Water. It's the commodity that nobody can live without.
More than half the world is depleting its groundwater faster than it's being replaced. That's why it's one of Ewen Cameron Watt's favorite investment ideas.
"We could just about live without oil. Physically, we cannot live without water," said Cameron Watt, chairman of BlackRock's Central Strategy Group. Also tied to the demand for water is the rise in demand for agricultural commodities, as the world's demand for food grows.
I asked Cameron Watt how one would go about investing in water.
He started off cautioning, "One way you shouldn't do it is the obvious one of investing in a water utility. The reason that's not a good idea is water utilities have a selling price heavily regulated by government because of the social importance of water," he said, adding utilities also have high capital spending plans.
One way to invest might be through an ETF. "There are some exchange traded funds for water that tend to have wide portfolios, that could be as diverse as a bottled water supplier to a chemical supplier used in the water industry," said Cameron Watt, also managing director of BlackRock's Multi Asset Portfolios Strategies team.
There are direct plays and indirect plays. One way to invest in water is through stocks that make pipes, one of the big items the water industry spends money on every year. The industry also buys float controls, chemicals and a wide variety of equipment. There are also companies that manage waste water treatment and make desalinization plants. The industry spends about $500 billion on capital projects every year, he said.
A parallel trend to the diminishing water supply is the rising price of commodities and resulting food inflation. This trend toward higher agricultural commodities could be in place for as many as five more years, he said. As the world eats more, and the rising middle class demands better food, more water will be required for the increased amount of crops grown. Those crops also feed live stock.
Cameron Watt points out that it takes 11,500 liters of water to produce a kilogram of beef, while just 1,000 is needed to produce a lot of bread. "If you go up the scale in diets, as you get richer, you're effectively using more water for the same caloric value," he said.
"The thing with commodities booms is they do tend to stay around longer than people think," he said. "They do tend to be quite long cycle." He said the agricultural commodities boom will continue probably until people start improving land and production.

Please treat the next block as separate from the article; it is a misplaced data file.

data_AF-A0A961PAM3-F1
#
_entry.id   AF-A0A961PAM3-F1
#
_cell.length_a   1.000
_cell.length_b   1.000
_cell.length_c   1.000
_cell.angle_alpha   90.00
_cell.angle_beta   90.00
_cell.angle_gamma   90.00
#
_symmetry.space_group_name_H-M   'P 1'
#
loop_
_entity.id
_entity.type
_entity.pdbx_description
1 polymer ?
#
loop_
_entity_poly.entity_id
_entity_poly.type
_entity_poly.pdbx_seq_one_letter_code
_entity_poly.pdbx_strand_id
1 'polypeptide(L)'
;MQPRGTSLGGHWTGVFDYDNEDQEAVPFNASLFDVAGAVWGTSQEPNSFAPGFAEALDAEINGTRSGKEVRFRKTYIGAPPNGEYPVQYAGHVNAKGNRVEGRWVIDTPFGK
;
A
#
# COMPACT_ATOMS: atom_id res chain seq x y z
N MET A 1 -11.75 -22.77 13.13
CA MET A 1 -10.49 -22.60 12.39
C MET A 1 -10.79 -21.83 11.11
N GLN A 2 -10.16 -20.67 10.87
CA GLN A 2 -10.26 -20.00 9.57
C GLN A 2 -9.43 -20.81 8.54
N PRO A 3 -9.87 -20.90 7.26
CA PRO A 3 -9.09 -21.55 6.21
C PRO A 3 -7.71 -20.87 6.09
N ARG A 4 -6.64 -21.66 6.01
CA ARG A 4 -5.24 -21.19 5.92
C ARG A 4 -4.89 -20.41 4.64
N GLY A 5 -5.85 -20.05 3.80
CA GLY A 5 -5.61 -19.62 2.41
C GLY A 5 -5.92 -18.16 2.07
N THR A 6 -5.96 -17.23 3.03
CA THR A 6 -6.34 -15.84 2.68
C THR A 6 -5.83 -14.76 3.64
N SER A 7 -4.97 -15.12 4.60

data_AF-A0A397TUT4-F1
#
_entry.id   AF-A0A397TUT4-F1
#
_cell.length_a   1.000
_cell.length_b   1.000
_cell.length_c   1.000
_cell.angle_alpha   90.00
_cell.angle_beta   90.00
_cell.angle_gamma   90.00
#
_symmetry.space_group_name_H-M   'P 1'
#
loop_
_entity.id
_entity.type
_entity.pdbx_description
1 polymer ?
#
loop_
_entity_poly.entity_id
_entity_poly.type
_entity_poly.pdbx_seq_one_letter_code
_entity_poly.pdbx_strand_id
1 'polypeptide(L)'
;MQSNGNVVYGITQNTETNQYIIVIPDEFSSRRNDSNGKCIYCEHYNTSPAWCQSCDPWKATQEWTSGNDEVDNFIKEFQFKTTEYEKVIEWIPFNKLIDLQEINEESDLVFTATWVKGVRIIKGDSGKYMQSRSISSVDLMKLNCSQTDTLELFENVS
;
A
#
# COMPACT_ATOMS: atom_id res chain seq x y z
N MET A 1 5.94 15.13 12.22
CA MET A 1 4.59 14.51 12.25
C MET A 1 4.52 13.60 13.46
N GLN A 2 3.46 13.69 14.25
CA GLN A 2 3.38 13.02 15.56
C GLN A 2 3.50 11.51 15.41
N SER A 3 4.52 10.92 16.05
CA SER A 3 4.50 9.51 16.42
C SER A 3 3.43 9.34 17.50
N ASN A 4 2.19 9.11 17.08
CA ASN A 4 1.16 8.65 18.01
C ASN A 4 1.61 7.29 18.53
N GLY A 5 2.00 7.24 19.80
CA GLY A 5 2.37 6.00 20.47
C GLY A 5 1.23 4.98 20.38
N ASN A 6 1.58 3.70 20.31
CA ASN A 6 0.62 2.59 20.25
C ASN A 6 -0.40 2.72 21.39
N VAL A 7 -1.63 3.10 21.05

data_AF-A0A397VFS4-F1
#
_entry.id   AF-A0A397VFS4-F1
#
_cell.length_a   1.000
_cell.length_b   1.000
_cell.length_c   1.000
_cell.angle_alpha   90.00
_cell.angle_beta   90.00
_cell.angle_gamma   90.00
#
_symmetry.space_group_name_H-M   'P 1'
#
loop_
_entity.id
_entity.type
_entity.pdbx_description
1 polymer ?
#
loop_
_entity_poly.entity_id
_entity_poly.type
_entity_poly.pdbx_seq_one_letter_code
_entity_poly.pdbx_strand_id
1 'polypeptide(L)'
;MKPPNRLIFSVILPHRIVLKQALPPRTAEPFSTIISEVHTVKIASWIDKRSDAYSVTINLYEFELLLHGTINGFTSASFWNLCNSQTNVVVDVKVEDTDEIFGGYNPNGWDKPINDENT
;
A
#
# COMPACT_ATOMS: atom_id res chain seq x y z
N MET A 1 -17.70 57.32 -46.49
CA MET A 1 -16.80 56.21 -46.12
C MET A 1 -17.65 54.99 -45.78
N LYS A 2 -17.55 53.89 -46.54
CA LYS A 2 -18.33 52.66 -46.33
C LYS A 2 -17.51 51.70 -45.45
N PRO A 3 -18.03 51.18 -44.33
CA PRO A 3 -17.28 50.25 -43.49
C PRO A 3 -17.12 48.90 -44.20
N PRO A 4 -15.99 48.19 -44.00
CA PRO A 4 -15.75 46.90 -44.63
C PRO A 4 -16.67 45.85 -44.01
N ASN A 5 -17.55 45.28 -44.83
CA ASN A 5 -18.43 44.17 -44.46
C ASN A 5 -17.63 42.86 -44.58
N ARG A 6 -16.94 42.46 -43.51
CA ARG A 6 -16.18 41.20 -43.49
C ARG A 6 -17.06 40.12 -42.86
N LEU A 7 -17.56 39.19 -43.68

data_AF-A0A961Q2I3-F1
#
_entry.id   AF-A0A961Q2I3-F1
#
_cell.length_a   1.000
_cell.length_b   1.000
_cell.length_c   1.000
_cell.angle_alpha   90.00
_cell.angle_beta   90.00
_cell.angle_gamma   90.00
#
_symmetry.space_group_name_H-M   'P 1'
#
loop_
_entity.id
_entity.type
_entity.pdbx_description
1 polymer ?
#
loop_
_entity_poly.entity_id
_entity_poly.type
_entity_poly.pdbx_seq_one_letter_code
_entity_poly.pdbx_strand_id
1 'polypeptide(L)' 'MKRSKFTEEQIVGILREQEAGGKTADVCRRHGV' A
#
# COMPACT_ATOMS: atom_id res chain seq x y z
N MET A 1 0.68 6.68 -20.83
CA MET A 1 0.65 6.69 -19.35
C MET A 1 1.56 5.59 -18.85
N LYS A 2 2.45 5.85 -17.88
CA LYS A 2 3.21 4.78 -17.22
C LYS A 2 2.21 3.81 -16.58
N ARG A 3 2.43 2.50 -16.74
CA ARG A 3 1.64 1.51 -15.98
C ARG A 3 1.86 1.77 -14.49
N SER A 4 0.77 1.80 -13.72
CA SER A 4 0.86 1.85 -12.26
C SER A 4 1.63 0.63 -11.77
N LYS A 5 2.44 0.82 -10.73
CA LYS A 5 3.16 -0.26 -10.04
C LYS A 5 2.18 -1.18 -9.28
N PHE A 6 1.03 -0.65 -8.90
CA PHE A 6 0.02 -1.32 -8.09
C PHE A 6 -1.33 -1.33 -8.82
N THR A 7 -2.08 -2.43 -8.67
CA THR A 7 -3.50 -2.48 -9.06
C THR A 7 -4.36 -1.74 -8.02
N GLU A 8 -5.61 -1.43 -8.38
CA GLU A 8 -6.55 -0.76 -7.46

He said the metals boom has been underway since 2002 and ag commodities only started taking off 2-1/2 years ago. "Along the way, it's become an attractive area for investors and I'm sure there's some financial interest and a certain amount of hoarding when you have such a thing as the Australian drought," he said.
Ethanol has been one driver of demand for corn, which in turn pressured wheat as farmers planted fields with more corn.
"The really killer winner has been milk," he said. Dried skim milk was around $1,600 a ton in 2003, and is now over $5,000 a ton. Butter has risen from $1,200 a ton in the same time frame to $4,000 a ton. China is one of the big buyers of milk.
"These have been winners because of a range of things, including disease in cows and underinvestment in the dairy industry," he said.
"My big guess is the thing that will catch up is the livestock," he said. Cameron Watt said live cattle prices since 2003 have gone from about $75 per cwt in the U.S. to around $92 per cwt now. (adds in price data)
Countries that are big winners when it comes to producing agriculturally have the common thread of having enough water. The U.S., Europe and China are not on that list, but South American countries are and he specifically named Brazil.
Investment Possibilities: Stocks & ETFs
Cameron Watt does not provide stock picks, but I am including some of the types of ETFs and stocks you might find in the space, not with any particular recommendations. If you take a look, you can see that these securities have turned in a mixed performance.
ETFs would include PowerShares Water Resources, PowerShares Global Water Portfolio and Claymore S&P Global Water.
Some other names in water include Flowserve, Lindsay, Mueller Water Products, Pentair, Watts Water Technologies, and Valmont Industries.